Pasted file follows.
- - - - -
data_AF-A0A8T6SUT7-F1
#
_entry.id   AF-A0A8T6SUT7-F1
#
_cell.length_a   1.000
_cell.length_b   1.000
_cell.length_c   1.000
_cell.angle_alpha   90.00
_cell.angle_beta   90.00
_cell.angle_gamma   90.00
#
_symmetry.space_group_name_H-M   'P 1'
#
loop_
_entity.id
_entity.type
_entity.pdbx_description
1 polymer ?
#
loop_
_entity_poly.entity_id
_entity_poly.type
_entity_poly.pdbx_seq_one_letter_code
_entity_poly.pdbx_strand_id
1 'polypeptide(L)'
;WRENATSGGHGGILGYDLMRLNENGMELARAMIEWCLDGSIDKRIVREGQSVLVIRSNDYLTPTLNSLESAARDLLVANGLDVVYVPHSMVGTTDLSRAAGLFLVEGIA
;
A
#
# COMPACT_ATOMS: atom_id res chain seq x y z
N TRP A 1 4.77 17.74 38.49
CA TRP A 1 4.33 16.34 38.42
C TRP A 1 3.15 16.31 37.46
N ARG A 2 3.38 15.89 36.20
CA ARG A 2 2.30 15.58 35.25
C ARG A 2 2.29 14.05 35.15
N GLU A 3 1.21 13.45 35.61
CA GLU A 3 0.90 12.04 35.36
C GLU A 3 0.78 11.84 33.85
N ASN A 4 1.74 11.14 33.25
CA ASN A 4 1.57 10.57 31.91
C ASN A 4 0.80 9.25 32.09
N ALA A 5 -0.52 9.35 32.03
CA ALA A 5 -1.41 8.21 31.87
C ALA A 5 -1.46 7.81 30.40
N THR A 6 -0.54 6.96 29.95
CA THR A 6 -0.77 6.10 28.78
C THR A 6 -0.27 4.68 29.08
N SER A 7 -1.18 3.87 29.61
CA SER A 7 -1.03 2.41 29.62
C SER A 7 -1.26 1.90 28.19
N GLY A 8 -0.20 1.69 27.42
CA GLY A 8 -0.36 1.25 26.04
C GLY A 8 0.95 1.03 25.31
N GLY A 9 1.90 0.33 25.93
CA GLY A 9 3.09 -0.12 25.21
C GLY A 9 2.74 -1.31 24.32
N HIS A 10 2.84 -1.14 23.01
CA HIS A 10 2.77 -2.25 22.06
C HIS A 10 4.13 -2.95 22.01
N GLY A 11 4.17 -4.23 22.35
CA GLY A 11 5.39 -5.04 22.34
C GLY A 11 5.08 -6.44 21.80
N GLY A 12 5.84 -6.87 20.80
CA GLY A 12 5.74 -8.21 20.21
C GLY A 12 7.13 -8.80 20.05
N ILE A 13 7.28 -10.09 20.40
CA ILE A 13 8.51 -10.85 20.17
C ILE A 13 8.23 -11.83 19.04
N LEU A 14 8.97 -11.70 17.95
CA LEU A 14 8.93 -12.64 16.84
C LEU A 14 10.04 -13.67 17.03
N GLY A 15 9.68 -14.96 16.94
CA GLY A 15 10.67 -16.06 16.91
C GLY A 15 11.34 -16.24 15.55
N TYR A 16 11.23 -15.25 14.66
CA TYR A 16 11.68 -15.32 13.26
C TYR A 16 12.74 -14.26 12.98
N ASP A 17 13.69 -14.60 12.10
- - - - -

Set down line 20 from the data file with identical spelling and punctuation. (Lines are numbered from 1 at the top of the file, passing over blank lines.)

loop_